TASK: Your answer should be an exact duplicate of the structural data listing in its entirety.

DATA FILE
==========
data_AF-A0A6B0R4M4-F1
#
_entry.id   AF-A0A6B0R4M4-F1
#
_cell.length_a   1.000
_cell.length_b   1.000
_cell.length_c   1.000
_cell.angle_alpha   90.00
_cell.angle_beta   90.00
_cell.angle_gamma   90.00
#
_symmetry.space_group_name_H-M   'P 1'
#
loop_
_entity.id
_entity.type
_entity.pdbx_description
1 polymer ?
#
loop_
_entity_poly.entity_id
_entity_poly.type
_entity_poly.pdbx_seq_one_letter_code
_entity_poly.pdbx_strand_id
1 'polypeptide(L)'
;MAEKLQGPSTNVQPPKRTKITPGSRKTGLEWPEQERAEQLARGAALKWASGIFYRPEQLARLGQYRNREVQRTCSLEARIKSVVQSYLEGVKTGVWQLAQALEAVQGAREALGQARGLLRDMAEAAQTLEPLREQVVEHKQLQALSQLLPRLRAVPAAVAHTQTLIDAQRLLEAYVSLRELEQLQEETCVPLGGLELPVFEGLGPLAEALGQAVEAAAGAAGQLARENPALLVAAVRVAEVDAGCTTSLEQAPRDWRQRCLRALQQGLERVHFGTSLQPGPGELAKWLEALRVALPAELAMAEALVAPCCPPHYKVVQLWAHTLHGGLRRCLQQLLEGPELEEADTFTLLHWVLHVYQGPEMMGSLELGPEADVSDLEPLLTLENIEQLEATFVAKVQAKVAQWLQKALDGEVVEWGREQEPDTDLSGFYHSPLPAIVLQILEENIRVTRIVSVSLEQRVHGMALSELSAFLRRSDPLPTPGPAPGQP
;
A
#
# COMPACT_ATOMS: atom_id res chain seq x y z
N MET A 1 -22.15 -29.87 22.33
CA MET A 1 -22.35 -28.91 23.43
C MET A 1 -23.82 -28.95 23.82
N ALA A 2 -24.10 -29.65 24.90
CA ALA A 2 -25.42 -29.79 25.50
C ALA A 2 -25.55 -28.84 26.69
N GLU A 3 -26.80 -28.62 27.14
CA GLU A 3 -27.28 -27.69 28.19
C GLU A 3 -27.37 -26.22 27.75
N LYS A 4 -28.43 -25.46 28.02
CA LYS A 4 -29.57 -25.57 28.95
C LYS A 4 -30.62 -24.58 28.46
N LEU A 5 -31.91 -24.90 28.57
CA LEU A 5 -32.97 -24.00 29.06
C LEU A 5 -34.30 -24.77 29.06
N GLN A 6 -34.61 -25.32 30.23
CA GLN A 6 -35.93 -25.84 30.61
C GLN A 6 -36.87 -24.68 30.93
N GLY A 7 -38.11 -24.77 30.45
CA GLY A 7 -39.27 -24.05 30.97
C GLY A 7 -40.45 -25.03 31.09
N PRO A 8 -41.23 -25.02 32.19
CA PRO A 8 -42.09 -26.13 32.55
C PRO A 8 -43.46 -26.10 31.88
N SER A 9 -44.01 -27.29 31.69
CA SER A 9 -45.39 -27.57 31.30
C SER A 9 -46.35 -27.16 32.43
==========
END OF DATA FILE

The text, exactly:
data_AF-A0A6B0R4M4-F1
#
_entry.id   AF-A0A6B0R4M4-F1
#
_cell.length_a   1.000
_cell.length_b   1.000
_cell.length_c   1.000
_cell.angle_alpha   90.00
_cell.angle_beta   90.00
_cell.angle_gamma   90.00
#
_symmetry.space_group_name_H-M   'P 1'
#
loop_
_entity.id
_entity.type
_entity.pdbx_description
1 polymer ?
#
loop_
_entity_poly.entity_id
_entity_poly.type
_entity_poly.pdbx_seq_one_letter_code
_entity_poly.pdbx_strand_id
1 'polypeptide(L)'
;MAEKLQGPSTNVQPPKRTKITPGSRKTGLEWPEQERAEQLARGAALKWASGIFYRPEQLARLGQYRNREVQRTCSLEARIKSVVQSYLEGVKTGVWQLAQALEAVQGAREALGQARGLLRDMAEAAQTLEPLREQVVEHKQLQALSQLLPRLRAVPAAVAHTQTLIDAQRLLEAYVSLRELEQLQEETCVPLGGLELPVFEGLGPLAEALGQAVEAAAGAAGQLARENPALLVAAVRVAEVDAGCTTSLEQAPRDWRQRCLRALQQGLERVHFGTSLQPGPGELAKWLEALRVALPAELAMAEALVAPCCPPHYKVVQLWAHTLHGGLRRCLQQLLEGPELEEADTFTLLHWVLHVYQGPEMMGSLELGPEADVSDLEPLLTLENIEQLEATFVAKVQAKVAQWLQKALDGEVVEWGREQEPDTDLSGFYHSPLPAIVLQILEENIRVTRIVSVSLEQRVHGMALSELSAFLRRSDPLPTPGPAPGQP
;
A
#
# COMPACT_ATOMS: atom_id res chain seq x y z
N MET A 1 -22.15 -29.87 22.33
CA MET A 1 -22.35 -28.91 23.43
C MET A 1 -23.82 -28.95 23.82
N ALA A 2 -24.10 -29.65 24.90
CA ALA A 2 -25.42 -29.79 25.50
C ALA A 2 -25.55 -28.84 26.69
N GLU A 3 -26.80 -28.62 27.14
CA GLU A 3 -27.28 -27.69 28.19
C GLU A 3 -27.37 -26.22 27.75
N LYS A 4 -28.43 -25.46 28.02
CA LYS A 4 -29.57 -25.57 28.95
C LYS A 4 -30.62 -24.58 28.46
N LEU A 5 -31.91 -24.90 28.57
CA LEU A 5 -32.97 -24.00 29.06
C LEU A 5 -34.30 -24.77 29.06
N GLN A 6 -34.61 -25.32 30.23
CA GLN A 6 -35.93 -25.84 30.61
C GLN A 6 -36.87 -24.68 30.93
N GLY A 7 -38.11 -24.77 30.45
CA GLY A 7 -39.27 -24.05 30.97
C GLY A 7 -40.45 -25.03 31.09
N PRO A 8 -41.23 -25.02 32.19
CA PRO A 8 -42.09 -26.13 32.55
C PRO A 8 -43.46 -26.10 31.88
N SER A 9 -44.01 -27.29 31.69
CA SER A 9 -45.39 -27.57 31.30
C SER A 9 -46.35 -27.16 32.43